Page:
The value of private markets is on the rise. However, many people still have little understanding of private markets and what they entail. How do they differ from public markets? Why are they growing and what does this mean? Last but certainly not least, how can investors gain access to them?
Private markets refer to investments not traded on a public exchange or market. Businesses have a variety of options for raising capital and attracting investors. Generally, the two most common options are debt and equity — each of which can be structured in various ways.
Equity allows a company to give investors a share of the business for which they earn returns as the business grows. Companies of all types account for equity on their balance sheet in the shareholder’s equity category. As such, balance sheet equity is a driver of a firm’s net worth, which is calculated by subtracting liabilities from assets.
Private markets, then, refer to investing in this type of equity.
In the past, when private companies outgrew the funding private investors could provide, they made their debut on the public stock exchange with an IPO (initial public offering). In this way, companies could quickly raise a high amount of capital from public shareholders which they then put back into their company.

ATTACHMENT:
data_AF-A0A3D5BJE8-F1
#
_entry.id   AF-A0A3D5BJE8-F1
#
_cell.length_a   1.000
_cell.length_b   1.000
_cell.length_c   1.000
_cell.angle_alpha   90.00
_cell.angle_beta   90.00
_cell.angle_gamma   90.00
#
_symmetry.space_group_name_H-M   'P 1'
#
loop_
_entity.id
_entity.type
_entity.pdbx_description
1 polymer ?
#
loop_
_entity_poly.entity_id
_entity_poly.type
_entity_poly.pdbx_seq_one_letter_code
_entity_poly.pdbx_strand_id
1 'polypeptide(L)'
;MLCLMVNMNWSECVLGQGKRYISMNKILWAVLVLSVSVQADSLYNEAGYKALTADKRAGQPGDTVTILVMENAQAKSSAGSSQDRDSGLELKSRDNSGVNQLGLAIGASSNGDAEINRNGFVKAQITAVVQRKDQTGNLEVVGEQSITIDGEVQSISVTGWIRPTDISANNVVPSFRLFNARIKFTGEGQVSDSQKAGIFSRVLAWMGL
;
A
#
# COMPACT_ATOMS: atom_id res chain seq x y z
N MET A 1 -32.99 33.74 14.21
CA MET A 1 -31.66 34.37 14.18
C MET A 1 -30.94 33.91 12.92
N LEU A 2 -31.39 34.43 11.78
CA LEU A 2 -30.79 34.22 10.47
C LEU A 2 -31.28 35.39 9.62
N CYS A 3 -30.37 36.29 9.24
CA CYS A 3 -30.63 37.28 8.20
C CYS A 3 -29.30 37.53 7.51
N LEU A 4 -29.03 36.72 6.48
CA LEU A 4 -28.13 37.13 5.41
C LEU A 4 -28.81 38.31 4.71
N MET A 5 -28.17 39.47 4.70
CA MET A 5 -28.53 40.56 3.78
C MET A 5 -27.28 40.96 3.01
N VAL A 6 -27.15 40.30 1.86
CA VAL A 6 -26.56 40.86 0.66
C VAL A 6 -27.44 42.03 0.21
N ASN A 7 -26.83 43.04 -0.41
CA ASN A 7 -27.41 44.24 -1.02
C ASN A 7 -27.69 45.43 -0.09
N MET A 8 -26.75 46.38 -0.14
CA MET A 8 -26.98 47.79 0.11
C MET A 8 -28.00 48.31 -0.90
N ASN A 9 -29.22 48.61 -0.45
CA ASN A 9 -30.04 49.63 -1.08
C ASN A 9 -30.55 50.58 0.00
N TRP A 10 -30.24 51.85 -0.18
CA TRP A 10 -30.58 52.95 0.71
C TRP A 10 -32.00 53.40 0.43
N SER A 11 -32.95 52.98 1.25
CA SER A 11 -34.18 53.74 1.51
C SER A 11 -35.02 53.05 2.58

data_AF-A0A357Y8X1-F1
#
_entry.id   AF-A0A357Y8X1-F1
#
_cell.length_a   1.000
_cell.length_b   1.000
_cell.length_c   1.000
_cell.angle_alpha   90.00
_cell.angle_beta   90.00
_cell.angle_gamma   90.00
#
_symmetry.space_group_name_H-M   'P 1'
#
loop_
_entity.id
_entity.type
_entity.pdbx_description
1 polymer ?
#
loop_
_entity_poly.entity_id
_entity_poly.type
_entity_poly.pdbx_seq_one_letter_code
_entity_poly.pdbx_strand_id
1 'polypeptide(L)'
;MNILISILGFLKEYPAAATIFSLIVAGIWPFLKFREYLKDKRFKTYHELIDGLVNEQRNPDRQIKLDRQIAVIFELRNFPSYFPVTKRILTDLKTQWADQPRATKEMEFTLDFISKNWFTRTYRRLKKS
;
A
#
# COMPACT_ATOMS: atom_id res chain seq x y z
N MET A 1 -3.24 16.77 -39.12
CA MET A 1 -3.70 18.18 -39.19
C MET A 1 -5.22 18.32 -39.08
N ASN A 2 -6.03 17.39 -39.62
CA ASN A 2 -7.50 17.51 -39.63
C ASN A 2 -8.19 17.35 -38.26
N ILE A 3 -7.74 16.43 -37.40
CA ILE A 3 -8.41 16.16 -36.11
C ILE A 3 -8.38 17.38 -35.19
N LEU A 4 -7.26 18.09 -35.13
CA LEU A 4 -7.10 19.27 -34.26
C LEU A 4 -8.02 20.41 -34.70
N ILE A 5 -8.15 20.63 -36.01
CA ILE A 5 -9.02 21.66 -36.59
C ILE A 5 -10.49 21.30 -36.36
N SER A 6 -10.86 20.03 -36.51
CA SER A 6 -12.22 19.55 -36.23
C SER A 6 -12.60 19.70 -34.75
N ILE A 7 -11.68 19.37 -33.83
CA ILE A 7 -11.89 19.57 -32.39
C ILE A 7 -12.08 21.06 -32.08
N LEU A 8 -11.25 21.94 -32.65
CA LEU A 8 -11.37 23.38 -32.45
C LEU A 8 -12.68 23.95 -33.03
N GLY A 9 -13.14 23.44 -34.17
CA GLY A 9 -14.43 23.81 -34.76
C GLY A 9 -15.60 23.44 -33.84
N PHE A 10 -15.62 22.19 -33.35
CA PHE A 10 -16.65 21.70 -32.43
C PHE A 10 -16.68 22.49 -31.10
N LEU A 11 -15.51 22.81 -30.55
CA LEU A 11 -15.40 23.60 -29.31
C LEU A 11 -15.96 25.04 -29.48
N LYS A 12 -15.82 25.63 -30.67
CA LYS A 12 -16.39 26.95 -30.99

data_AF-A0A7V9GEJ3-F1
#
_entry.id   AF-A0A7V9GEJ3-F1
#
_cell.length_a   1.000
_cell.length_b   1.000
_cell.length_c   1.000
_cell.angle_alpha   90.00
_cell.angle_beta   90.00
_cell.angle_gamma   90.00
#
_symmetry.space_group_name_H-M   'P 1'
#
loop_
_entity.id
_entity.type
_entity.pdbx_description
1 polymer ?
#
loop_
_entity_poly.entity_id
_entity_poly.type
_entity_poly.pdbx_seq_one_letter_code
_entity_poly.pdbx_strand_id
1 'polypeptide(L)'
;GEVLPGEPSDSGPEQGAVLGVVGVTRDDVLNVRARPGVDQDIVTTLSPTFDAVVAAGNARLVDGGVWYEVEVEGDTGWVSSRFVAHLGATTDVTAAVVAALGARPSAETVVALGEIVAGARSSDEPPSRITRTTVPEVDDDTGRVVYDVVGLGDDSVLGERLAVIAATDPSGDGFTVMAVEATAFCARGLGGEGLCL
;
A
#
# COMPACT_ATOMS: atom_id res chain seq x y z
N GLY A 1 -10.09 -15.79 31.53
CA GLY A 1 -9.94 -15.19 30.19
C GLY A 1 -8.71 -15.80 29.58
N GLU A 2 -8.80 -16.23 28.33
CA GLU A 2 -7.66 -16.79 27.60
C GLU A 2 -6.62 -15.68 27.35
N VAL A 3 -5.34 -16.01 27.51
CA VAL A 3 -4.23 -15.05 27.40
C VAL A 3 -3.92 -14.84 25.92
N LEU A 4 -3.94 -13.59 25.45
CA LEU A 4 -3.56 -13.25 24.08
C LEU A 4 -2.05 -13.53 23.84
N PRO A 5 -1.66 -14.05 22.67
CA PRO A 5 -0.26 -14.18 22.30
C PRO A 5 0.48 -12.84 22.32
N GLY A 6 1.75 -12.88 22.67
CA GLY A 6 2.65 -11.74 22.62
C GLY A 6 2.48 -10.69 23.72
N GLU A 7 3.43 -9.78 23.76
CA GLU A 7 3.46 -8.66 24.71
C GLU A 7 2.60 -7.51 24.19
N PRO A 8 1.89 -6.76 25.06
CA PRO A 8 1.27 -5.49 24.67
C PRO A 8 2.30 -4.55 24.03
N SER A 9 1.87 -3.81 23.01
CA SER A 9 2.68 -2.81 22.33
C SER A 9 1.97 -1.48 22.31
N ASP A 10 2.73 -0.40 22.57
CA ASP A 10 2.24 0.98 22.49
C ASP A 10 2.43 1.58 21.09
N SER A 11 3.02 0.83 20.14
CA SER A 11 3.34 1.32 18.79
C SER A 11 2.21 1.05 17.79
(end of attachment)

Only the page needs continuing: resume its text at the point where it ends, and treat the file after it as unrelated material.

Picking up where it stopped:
However, this approach has undergone a shift over the past ten years. On the whole, companies are staying private longer, with venture capital or private equity firms providing several rounds of funding in some cases – for example, Airbnb has received funding from investors 11 times, raising $4.4 billion since it was founded in 2008. The company is now valued at $31 billion and has offices in over 15 countries, a feat that would not have been possible without an IPO in the past.
Investors have been flooding into private markets in ever increasing numbers. In 2017, according to PitchBook, there were 3,953 active private equity investors, a 51 percent increase from 2007, and 4,589 active venture capital investors, a whopping 163 percent increase from 2007.
The growth of the private markets, globally
Source: PitchBook Private Markets Guide
The number of private-equity backed companies during this period also rose by 63 percent and the total venture capital, private equity and M&A deal went up 56 percent. The result? The more money that flows into private markets, the more they grow in value and scope for both investors and companies.
Although private markets have gone from niche to an increasingly attractive alternative investment opportunity to public markets, due to seven figure minimums, they have mainly only been within the reach of institutional investors. However, this is also undergoing a change.
Wealth managers, for example, help provide individual investors access to booming private markets. Technology is also transforming the industry. New digital investment processes enable both wealth managers and individual investors to invest in private markets at a fraction of the traditional cost. As private markets continue to grow and surpass public markets, these new developments will grow alongside them, opening up private markets to a larger section of the population than ever before.
To find out more about how Moonfare is disrupting private market access for individual investors, please see here.